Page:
disks) during the prime generation; this gives the random number
generator a better chance to gain enough entropy.
We need to generate a lot of random bytes. It is a good idea to perform
some other action (type on the keyboard, move the mouse, utilize the
disks) during the prime generation; this gives the random number
generator a better chance to gain enough entropy.
gpg: /home/floreo/.gnupg/trustdb.gpg: trustdb created
gpg: key 1A6F2256 marked as ultimately trusted
public and secret key created and signed.

gpg: checking the trustdb
gpg: 3 marginal(s) needed, 1 complete(s) needed, PGP trust model
gpg: depth: 0  valid:   1  signed:   0  trust: 0-, 0q, 0n, 0m, 0f, 1u
pub   4096R/1A6F2256 2017-11-11
      Key fingerprint = CC2D 8FF5 9BB2 8D88 0E30  0056 FC84 663E 1A6F 2256
uid                  Floreo Backup (Floreo Backup) <>
sub   4096R/874F94F5 2017-11-11
Generate your GNuPG key pair

Now export both the private and public keys, the first one you will keep it safely on a USB drive or anywhere safe, it would be used to decrypt your data, the other one will be required on your server. First find out your key UID.

# gpg --list-key
pub   4096R/1A6F2256 2017-11-11
uid                  Floreo Backup (Floreo Backup) <>
sub   4096R/874F94F5 2017-11-11
List your GnuPG keys

There the UID is 1A6F2256, you can export the keys.

# gpg --output backup_pub.gpg --armor --export 1A6F2256
# gpg --output backup.gpg --armor --export-secret-key 1A6F2256
Export both the pub and private keys

Import your public key

SSH to your server so you can import your key only, first upload the public key through scp for example.

# scp backup_pub.gpg
SCP your public key to your server

Your public key being on your server you need to import it to gpg.

# gpg --import backup_pub.gpg
Import your public key.

You would think it’s over but you have to change the trust of the key, do the following command.

# gpg --edit 1A6F2256
Change the trust of your key

One you have the GNuPG prompt, type trust, select optimal, say yes and you’re done !

First server backup

Duplicity allows you to do full backups or incremental ones. Of course the first one is a full backup. One cool thing is that you don’t have to tell it explicitly to do an incremental one once the first one is made.

I suggest you use that very simple script to do your backup, you can edit it to your needs, mostly the exclude part. It backups fully on Monday, following days of the week are incremental. On Monday it also removes old backups, it’s done this dirty way since you cannot use duplicity’s cleanup function without the private key and the passphrase which I refuse to use online. It keeps two weeks of backup which is enough for me. You need to set an autofs mount to erase old backups since I didn’t script the FTP deletion yet.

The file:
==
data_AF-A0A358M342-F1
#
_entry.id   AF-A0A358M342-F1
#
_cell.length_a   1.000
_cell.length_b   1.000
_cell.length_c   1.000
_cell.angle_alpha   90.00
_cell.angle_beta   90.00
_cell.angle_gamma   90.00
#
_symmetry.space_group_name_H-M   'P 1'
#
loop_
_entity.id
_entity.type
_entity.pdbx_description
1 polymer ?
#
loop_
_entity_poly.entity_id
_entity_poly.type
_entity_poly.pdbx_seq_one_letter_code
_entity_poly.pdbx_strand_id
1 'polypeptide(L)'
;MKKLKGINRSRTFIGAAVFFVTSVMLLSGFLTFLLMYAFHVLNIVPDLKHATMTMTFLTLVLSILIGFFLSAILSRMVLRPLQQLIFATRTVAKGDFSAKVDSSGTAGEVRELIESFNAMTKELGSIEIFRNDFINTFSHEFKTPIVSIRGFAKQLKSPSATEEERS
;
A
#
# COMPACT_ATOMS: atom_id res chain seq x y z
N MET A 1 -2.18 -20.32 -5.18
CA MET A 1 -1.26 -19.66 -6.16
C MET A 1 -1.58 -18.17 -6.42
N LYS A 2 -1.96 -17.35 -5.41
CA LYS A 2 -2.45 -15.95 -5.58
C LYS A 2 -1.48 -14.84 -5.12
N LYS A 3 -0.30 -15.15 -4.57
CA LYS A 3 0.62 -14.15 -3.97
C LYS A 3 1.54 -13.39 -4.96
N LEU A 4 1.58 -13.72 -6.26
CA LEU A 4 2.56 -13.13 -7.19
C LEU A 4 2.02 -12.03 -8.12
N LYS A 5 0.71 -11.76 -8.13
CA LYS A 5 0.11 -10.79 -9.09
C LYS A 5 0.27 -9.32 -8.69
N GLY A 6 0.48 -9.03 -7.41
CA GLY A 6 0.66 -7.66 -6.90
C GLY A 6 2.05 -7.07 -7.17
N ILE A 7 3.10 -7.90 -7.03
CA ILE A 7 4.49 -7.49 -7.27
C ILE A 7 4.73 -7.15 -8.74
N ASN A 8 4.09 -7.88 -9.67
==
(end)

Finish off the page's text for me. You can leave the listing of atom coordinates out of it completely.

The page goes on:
Now run it, it may take a while so I recommend that you do that in a screen or tmux.

Rather than doing it manually, don’t forget to set a cron task to backup every night your data.

0 2 * * * root bash /root/scripts/ &>/dev/null

Restore your data

Obviously if you backup anything, you need to restore it some day soon. This time this operation requires the private key so you can decrypt the data ! Do what’s best for you, but it’s safer to keep your private key on your computer, you have to import your private key in gpg first.

# gpg --import backup.gpg 
gpg: key 1A6F2256: secret key imported
gpg: key 1A6F2256: public key "Floreo Backup (Floreo Backup) <>" imported
gpg: Total number processed: 1
gpg:               imported: 1  (RSA: 1)
gpg:       secret keys read: 1
gpg:   secret keys imported: 1
Import your private key to your local computer

Next step is really simple you have to revert the duplicity command to restore.

Restore your encrypted data locally

Finally rsync your data to your server, I know it looks complicated but it makes sure that your private key is never on your server.

Do not forget to remove your private key from your computer, it’s safer too.

gpg --delete-secret-key 1A6F2256
Delete your imported private key

A word of advice if you have several backup chains, for example I backup fully on Monday and do incremental ones for other days and keep two weeks top, duplicity will show you only the last full backup even if you restore stuff before the last full backup. It’s weird, but your restoration would work, it would just display the wrong date. To be sure I check the last mail.log, you might do it as well.

Check that your backups are good quite often. For further details, you can find some more explanations following the Ubuntu documentation.